Personally, I would opt for the black vinegar having tasted it and I am pleased that I waited until it was delivered. We all loved the Braised pork shoulder in black vinegar which as you know was the first time I had cooked with it…

Having tasted it though I also recognise the taste and have connected the dots that it is the dipping sauce we have had with dumplings…which I always thought was some sort of soy sauce.

Dumplings

My next two dishes I am going to try with be vegetable/vegan one will be a side dish of Cucumber…This delicious, cooling salad with a sweet edge helps to counter the chilli in very spicy dishes.

cucumbers-1588945_640

Ingredients:

  • 2/4 cucumbers depending on their size…Thai cucumbers are small but for this, I am going to use Japanese cucumbers as they are crispier and do not have as many seeds.
  • 50g castor sugar
  • 100ml Chinese black vinegar
  • 1 1/2 tbsp Chinese light soy sauce
  • 1 tsp sesame oil
  • 1 clove garlic, finely chopped
  • 1cm piece ginger, finely chopped
  • A handful of fresh black fungi, torn into small pieces
  • 1 tbsp toasted sesame seeds

Let’s Cook!

Cut the cucumber in half lengthways then, using a teaspoon, scrape out the seeds. Cut them into large, angled chunks. In a bowl, dissolve castor sugar in the black vinegar and soy sauce then whisk in oil, garlic and ginger. Check to season.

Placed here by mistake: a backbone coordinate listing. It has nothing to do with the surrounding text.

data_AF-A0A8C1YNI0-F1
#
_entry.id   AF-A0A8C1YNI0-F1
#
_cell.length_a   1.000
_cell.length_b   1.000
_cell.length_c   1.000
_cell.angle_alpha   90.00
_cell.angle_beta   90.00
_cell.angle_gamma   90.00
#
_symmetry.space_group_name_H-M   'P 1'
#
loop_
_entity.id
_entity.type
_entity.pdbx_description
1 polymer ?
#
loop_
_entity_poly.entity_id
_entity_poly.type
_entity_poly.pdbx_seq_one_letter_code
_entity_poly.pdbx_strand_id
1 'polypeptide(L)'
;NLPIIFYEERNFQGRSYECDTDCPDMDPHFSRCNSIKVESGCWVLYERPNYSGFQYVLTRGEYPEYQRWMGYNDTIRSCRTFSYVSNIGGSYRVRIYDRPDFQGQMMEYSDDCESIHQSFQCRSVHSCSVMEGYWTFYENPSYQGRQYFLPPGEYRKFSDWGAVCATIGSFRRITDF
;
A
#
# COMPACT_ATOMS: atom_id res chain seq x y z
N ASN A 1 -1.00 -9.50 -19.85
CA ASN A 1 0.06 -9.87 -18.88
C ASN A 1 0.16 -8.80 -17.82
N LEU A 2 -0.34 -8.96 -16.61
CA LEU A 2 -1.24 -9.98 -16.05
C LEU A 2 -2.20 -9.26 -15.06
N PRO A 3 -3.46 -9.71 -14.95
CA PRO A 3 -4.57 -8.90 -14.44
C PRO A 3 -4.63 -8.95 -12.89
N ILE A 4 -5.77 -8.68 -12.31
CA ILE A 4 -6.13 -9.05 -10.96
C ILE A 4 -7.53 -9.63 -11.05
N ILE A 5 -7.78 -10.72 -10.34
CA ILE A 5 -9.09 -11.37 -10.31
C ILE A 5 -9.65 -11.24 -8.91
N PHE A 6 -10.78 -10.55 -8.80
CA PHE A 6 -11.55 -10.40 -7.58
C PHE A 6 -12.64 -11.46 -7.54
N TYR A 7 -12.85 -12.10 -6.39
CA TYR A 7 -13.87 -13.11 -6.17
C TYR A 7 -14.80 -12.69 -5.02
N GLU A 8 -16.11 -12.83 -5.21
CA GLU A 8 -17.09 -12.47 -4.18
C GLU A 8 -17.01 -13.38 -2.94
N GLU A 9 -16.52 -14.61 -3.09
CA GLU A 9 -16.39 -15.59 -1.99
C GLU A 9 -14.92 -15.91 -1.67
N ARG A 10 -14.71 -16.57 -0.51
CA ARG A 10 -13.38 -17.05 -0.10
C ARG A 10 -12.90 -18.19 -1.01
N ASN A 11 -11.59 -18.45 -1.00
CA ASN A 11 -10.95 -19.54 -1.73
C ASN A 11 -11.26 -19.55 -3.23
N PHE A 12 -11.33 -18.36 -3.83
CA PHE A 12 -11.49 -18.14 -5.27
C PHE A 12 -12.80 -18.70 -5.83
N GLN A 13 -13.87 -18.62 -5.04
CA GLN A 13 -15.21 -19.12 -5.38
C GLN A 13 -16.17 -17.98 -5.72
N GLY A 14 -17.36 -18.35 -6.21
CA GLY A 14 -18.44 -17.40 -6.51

Dress the cucumber and black fungi, coating well. Serve on a shared plate and sprinkle with sesame seeds.

cucumber black vinegar and black mushrooms

 

This dish comes together very quickly, so remember to prepare the sauce first in a mixing bowl before you start cooking. This is a very nice sauce…my testers were not keen on the mushrooms I liked them…

This second side dish a stir fry is using the stalks of the Chinese/napa cabbage only…as you know I use every part of an ingredient that I can, for example, I use the broccoli stalk sliced or in a stir fry it is a lovely vegetable…I will let you know later on in the week how this one turned out.

brocolli stems sliced

likewise, the stalk of Chinese cabbage is often wasted…cut away…I use this stir-fried as it has a little crunch and to use the leaves they wilt and add water which we don’t like… this stir fry is better with just the stalks and the napa cabbage leaves make another meal… They’re great in soups or just stir-fried with a little garlic and salt…Waste not want not…

For the sauce: 

  • 4 tsp light soy sauce
  • 1 tbsp Chinese black vinegar
  • 2 tsp sugar
  • 1 tbsp oyster sauce

For the rest of the dish: 

  • 1/2 tbsp cornstarch
  • 1 tbsp water
  • 2 tbsp canola or vegetable oil